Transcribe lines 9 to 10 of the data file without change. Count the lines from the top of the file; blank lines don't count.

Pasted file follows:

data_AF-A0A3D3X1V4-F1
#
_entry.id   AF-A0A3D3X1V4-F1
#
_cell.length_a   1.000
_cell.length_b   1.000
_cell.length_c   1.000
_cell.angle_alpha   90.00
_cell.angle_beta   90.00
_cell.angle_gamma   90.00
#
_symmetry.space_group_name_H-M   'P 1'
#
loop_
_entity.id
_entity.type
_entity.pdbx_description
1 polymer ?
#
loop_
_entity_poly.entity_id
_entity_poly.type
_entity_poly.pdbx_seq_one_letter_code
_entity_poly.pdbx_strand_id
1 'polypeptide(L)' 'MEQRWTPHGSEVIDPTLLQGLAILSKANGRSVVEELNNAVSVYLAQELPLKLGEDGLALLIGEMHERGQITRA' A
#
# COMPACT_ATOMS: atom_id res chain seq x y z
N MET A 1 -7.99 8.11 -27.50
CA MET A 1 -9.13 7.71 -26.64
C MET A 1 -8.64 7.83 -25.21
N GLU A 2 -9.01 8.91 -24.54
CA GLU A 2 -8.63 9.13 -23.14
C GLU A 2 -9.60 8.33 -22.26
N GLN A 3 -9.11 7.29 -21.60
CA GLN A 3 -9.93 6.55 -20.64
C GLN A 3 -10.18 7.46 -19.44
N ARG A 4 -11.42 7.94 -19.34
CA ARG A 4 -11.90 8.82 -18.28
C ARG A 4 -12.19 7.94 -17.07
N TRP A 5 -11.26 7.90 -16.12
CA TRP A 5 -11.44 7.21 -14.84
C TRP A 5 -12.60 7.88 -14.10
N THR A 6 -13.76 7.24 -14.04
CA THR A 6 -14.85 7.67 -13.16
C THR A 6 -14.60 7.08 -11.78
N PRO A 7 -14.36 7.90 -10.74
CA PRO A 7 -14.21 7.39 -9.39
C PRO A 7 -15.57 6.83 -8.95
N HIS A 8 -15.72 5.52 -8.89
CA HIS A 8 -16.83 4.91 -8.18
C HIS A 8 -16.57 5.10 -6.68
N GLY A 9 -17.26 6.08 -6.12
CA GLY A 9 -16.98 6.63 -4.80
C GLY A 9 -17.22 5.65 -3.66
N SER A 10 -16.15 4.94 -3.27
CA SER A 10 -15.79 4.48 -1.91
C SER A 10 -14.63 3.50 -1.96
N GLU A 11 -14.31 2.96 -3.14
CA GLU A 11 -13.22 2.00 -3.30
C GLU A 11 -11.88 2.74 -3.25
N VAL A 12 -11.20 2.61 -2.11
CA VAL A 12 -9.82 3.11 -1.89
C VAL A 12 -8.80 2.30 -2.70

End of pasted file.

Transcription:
_cell.angle_beta   90.00
_cell.angle_gamma   90.00